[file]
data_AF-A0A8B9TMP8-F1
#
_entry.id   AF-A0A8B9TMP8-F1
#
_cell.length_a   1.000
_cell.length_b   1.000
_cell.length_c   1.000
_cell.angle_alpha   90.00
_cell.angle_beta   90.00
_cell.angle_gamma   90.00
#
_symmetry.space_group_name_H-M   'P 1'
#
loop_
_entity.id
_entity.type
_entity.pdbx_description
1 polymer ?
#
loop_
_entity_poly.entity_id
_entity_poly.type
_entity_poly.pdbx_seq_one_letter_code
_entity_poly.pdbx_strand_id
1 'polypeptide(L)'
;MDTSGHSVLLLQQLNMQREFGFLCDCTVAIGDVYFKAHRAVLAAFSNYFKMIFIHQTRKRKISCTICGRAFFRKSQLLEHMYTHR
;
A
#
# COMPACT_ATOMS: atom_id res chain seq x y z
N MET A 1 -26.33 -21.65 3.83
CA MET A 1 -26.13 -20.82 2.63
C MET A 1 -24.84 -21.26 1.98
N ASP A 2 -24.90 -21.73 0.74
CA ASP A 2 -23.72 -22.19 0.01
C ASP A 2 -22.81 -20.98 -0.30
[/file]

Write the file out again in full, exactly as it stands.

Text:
data_AF-A0A8B9TMP8-F1
#
_entry.id   AF-A0A8B9TMP8-F1
#
_cell.length_a   1.000
_cell.length_b   1.000
_cell.length_c   1.000
_cell.angle_alpha   90.00
_cell.angle_beta   90.00
_cell.angle_gamma   90.00
#
_symmetry.space_group_name_H-M   'P 1'
#
loop_
_entity.id
_entity.type
_entity.pdbx_description
1 polymer ?
#
loop_
_entity_poly.entity_id
_entity_poly.type
_entity_poly.pdbx_seq_one_letter_code
_entity_poly.pdbx_strand_id
1 'polypeptide(L)'
;MDTSGHSVLLLQQLNMQREFGFLCDCTVAIGDVYFKAHRAVLAAFSNYFKMIFIHQTRKRKISCTICGRAFFRKSQLLEHMYTHR
;
A
#
# COMPACT_ATOMS: atom_id res chain seq x y z
N MET A 1 -26.33 -21.65 3.83
CA MET A 1 -26.13 -20.82 2.63
C MET A 1 -24.84 -21.26 1.98
N ASP A 2 -24.90 -21.73 0.74
CA ASP A 2 -23.72 -22.19 0.01
C ASP A 2 -22.81 -20.98 -0.30